As a breastfeeding mum, I know all too well that if I decide to eat a spicy curry for lunch, that decision will probably come back to bite me on the behind when it upsets my baby’s tummy. And I also know when it’s safe to have a glass of wine to ensure there’s no alcohol in my breastmilk come feed time.
The food we eat has a direct impact on the quality of our breastmilk and in order to produce milk that’s nourishing for our baby, we need to ensure that we have a balanced and healthy diet. Breastfeeding mums also need to consume an extra 400-500 calories per day to aid the supply of milk. So which foods can we turn to in order to ensure we’re maximising the health benefits for both mum and bub? We spoke to Susan Williams, Accredited Practising Dietitian from Zest Nutrition Consulting who gave us the low down on the foods that are best for feeding mums.
Breast milk is a rich source of fat for your growing baby. It is important to get a range of fats in your diet, ideally from foods rather than added as part of processing. Mums fatty acid intake is reflected in the fatty acid profile of breast milk. Healthy fats like the fat found in avocado have important roles in visual and brain development and are good for both mum and baby.
Meats and oily fish
These are a great source of protein and again are packed with healthy fats. If you are well nourished this will help you to feel as energetic as possible whilst being sleep deprived and breast feeding. Meat and oily fish are full of nutrients which are important for an overall energy boost.
Cooked or served as a salad, lots of colour in vegetables is indicative of high levels of antioxidants which are beneficial for our body and the milk that is being made for baby. These foods are also a great source of vitamins and minerals as well as fibre which is important for bowel health. Think lots of red, orange, purple, yellow and green.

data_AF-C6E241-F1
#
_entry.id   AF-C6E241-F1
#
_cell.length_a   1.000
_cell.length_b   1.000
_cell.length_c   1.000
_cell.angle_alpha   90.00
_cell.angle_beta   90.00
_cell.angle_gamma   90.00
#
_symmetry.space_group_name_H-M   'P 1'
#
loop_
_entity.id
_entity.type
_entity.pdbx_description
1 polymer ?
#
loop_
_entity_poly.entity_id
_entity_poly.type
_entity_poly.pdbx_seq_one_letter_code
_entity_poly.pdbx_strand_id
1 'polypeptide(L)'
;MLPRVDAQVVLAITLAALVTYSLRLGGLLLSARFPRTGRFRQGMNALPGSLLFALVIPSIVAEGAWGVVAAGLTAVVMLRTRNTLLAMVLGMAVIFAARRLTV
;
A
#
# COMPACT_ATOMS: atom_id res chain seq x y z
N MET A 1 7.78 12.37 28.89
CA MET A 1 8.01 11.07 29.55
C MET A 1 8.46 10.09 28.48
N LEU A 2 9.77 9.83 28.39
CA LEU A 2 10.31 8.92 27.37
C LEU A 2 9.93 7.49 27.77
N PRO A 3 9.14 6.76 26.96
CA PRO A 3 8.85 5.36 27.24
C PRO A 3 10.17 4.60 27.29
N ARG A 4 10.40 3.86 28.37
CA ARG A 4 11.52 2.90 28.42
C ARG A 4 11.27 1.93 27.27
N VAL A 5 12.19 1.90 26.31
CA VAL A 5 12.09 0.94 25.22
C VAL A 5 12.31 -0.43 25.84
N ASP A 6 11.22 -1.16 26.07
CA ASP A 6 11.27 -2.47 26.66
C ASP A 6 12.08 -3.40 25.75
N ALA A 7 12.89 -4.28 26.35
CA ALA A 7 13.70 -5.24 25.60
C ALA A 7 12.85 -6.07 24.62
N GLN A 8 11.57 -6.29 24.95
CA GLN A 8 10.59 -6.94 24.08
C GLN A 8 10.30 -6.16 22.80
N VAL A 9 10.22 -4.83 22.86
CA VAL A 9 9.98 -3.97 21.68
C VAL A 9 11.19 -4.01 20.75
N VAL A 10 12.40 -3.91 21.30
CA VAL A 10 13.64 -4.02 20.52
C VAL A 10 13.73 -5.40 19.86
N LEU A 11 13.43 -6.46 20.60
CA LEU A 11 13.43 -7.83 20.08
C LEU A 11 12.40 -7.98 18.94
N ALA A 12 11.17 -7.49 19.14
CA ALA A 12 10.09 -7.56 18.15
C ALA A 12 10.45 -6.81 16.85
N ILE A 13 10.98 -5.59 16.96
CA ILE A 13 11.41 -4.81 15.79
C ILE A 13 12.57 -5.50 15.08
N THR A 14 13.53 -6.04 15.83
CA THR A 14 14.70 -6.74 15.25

Grains, nuts and seeds
Antioxidants, vitamins and minerals can be found in nuts and grains and they are a fantastic source of fibre. They are whole foods which is good for the body to work hard to break down and receive all of the nutrients. A nice muesli is a good way to up your intake, or a small handful of nuts for a snack is a great way to get a boost for your body.
Dairy is full of healthy fats and protein which are so beneficial for both mum and baby. It can be tempting to cut dairy because of its fat content, but it’s a rich source of wholesome carbohydrates and protein which is perfect for mums in need of an energy boost.
Eggs are not only chock full of protein, but they are a great source of zinc and iron. Zinc is great for boosting your immune system and iron is important for transporting oxygen around the body. Regularly including eggs into your diet is a simple meal with big benefits.
Your fluid needs do increase while breastfeeding. You should also find that your thirst increases too Our body is wise, we do best when we pay attention and trust it. On average you may need an extra 3-4 cups of water a day. A good idea is to set up the area that you usually breastfeed in with either a glass of water or a drink bottle so you can have a drink whilst baby feeds.
Breastfeeding mums will find that their appetite increases and they will naturally get the extra energy they require by eating to appetite. Fruit is a great option for feeding mums, as it is a great source of fibre and is a lovely sweet treat. It’s also easily consumed with one hand and requires little to no preparation making it an easy snack for busy mums.
Ensuring sufficient carbohydrate in mums diet is important to be able to produce enough breast milk for her baby. Rather than heading for sugary treats to satisfy hunger, make sure there are a range of nutritious carbohydrate containing foods available at meals and snacks. Wholesome carbohydrate foods are also good sources of fibre, which can help mums bowels after birth. Think brown rice and wholemeal pasta, multi grain breads and crackers with hummus can make for a great snack option.
Treats are treats and are part of a normal healthy diet. If you can, try to savour these favourite foods and serve them when you’ve got time to really enjoy them. If you’re grabbing them on the run or using them to boost energy and they’re replacing other foods, it may be worth looking at where you might use some planning to improve your overall diet. However it is important to be kind to yourself and prioritise what is really important to you.